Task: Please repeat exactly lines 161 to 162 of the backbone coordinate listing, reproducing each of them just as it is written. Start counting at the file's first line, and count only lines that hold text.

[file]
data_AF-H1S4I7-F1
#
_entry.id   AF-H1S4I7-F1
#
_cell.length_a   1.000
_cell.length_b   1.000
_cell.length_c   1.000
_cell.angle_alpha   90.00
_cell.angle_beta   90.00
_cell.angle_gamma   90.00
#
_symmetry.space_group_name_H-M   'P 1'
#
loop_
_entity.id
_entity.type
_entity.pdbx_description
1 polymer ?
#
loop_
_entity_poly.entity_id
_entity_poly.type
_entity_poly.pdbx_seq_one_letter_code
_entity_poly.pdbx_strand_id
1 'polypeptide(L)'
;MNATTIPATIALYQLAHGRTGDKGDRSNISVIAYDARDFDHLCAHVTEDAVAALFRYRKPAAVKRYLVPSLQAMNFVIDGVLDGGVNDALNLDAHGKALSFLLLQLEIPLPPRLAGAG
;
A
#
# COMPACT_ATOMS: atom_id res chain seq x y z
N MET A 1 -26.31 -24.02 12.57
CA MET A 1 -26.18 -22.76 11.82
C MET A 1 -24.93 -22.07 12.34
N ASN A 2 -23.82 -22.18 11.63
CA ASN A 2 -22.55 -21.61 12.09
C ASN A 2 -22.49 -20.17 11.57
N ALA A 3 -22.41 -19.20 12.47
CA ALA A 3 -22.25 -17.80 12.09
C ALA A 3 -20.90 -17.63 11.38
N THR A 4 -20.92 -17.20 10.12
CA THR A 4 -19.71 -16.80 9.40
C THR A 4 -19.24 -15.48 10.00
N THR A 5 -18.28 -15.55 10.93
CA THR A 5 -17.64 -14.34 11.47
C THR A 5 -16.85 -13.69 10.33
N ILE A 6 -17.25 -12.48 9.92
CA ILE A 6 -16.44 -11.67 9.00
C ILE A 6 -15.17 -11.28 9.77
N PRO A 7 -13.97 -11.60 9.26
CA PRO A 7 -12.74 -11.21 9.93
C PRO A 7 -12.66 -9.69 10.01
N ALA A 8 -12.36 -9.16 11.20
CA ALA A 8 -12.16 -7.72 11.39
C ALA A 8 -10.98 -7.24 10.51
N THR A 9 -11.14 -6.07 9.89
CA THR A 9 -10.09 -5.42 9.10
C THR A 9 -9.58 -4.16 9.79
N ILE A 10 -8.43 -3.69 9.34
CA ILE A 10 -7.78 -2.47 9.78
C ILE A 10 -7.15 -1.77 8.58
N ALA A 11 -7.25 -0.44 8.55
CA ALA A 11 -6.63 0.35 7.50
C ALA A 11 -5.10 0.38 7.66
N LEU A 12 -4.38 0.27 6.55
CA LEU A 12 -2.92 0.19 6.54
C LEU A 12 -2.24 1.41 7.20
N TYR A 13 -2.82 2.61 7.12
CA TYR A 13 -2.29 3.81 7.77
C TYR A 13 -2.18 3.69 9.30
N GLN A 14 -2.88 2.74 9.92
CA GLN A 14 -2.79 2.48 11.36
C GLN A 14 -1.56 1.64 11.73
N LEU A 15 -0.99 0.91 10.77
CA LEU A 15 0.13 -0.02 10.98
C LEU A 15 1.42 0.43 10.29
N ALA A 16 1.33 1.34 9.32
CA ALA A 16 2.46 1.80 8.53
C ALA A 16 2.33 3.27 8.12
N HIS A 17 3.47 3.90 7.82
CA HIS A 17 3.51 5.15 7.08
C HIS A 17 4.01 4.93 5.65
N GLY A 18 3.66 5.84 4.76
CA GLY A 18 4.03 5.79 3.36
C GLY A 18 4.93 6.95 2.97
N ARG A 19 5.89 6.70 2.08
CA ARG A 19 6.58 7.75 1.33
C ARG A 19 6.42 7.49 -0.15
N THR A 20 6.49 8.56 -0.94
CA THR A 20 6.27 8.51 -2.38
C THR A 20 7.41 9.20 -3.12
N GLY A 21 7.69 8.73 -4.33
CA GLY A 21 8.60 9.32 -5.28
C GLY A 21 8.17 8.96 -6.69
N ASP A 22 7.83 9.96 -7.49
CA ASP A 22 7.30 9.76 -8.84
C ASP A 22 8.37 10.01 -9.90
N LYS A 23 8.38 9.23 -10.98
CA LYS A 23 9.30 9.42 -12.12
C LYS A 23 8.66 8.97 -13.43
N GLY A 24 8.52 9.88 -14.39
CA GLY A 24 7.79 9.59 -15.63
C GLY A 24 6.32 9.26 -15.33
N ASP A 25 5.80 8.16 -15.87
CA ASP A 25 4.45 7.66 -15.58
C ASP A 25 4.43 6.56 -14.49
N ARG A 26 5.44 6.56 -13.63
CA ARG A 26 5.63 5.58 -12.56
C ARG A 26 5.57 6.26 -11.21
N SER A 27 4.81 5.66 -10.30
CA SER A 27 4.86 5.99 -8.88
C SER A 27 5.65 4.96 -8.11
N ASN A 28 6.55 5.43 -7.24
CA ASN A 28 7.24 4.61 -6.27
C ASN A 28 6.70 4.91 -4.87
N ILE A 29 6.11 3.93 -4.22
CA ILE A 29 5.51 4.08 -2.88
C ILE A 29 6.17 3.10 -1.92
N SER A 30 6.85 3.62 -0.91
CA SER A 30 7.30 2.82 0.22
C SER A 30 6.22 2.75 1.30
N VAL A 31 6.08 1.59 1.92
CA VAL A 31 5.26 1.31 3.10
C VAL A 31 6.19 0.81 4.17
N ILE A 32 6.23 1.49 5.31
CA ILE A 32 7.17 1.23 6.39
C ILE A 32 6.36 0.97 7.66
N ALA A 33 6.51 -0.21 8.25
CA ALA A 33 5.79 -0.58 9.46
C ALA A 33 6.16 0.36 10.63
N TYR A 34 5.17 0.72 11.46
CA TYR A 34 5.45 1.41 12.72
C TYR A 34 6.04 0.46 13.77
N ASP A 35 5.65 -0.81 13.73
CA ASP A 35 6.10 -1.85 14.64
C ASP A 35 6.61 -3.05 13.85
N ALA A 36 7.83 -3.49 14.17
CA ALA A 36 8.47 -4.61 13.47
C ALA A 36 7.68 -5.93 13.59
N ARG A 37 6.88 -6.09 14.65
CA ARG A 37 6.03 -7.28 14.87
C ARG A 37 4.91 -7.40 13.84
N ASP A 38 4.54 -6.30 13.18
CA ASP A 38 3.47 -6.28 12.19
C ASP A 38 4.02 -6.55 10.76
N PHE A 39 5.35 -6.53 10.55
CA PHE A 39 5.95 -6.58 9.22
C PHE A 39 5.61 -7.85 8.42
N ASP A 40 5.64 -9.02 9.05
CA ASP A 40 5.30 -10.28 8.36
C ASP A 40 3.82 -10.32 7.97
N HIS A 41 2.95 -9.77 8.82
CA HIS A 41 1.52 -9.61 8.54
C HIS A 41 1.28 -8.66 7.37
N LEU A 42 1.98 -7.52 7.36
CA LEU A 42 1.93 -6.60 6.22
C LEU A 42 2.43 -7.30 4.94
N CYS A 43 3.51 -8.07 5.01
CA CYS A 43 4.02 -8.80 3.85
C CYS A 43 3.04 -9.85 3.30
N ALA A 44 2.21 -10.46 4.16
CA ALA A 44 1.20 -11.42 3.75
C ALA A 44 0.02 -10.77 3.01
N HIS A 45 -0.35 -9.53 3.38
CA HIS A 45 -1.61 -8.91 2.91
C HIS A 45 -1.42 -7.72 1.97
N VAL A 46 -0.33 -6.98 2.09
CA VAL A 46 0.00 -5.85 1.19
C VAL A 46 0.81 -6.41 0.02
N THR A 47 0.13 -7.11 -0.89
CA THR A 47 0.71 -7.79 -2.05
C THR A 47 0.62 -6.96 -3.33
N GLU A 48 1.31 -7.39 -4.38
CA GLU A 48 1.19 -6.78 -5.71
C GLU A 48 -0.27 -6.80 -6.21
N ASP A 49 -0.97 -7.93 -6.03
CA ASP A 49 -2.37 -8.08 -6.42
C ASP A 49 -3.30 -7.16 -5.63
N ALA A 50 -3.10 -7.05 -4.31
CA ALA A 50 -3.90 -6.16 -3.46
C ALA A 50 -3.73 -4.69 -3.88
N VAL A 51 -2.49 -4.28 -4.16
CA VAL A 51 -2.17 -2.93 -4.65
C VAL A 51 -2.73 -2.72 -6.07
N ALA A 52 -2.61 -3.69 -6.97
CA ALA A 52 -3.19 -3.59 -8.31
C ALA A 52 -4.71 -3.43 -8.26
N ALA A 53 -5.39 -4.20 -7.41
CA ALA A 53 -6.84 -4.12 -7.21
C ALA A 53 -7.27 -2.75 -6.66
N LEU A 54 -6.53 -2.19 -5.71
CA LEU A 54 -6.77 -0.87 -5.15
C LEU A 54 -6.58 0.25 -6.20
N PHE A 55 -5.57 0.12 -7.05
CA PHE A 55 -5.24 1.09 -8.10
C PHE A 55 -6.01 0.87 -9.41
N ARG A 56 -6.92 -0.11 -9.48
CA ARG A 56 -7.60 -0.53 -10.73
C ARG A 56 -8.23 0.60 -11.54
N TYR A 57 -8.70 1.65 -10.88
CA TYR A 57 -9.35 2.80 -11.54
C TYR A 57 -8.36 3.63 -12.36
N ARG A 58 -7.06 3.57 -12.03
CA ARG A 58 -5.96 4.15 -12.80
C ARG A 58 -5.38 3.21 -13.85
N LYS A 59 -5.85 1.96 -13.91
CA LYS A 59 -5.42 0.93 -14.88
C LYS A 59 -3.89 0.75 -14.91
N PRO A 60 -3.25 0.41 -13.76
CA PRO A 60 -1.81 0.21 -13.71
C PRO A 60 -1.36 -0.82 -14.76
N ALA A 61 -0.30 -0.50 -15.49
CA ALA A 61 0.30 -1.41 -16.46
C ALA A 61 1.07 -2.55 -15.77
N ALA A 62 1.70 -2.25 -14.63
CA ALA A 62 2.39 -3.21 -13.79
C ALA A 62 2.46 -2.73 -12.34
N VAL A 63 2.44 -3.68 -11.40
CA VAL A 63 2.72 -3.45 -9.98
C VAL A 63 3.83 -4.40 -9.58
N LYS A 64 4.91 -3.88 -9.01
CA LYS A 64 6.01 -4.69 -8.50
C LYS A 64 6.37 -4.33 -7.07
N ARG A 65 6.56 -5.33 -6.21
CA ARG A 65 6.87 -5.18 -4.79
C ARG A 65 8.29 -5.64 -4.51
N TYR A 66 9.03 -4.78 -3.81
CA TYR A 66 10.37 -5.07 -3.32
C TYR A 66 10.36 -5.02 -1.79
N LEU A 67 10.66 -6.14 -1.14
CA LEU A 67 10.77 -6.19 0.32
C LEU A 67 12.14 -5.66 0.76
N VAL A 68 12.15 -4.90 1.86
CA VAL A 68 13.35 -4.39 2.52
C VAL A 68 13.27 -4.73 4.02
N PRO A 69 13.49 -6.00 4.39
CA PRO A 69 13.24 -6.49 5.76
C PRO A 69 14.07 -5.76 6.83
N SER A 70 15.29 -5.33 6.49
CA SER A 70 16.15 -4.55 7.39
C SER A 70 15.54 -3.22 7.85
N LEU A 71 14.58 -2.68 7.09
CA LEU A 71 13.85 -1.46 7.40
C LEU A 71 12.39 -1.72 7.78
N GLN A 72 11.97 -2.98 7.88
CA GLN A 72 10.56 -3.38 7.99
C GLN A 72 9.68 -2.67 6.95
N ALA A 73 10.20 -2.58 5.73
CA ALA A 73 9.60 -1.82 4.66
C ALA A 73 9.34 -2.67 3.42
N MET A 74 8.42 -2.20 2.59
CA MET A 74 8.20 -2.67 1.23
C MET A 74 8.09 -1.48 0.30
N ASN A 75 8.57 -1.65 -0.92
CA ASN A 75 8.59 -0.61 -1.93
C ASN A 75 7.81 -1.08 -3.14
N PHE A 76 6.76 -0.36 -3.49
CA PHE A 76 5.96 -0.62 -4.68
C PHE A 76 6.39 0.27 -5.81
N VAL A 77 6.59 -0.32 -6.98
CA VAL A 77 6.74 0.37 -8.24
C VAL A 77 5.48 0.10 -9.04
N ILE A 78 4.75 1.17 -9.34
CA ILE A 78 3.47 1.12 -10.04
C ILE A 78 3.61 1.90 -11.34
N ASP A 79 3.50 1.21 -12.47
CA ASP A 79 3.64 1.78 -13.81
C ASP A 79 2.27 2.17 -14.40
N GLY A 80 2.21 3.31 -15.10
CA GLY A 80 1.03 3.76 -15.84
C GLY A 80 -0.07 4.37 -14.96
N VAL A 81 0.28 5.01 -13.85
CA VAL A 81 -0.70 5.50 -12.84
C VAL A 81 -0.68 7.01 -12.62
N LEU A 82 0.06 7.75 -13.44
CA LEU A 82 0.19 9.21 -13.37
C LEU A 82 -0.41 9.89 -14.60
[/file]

CA ALA A 44 1.20 -11.42 3.75
C ALA A 44 0.02 -10.77 3.01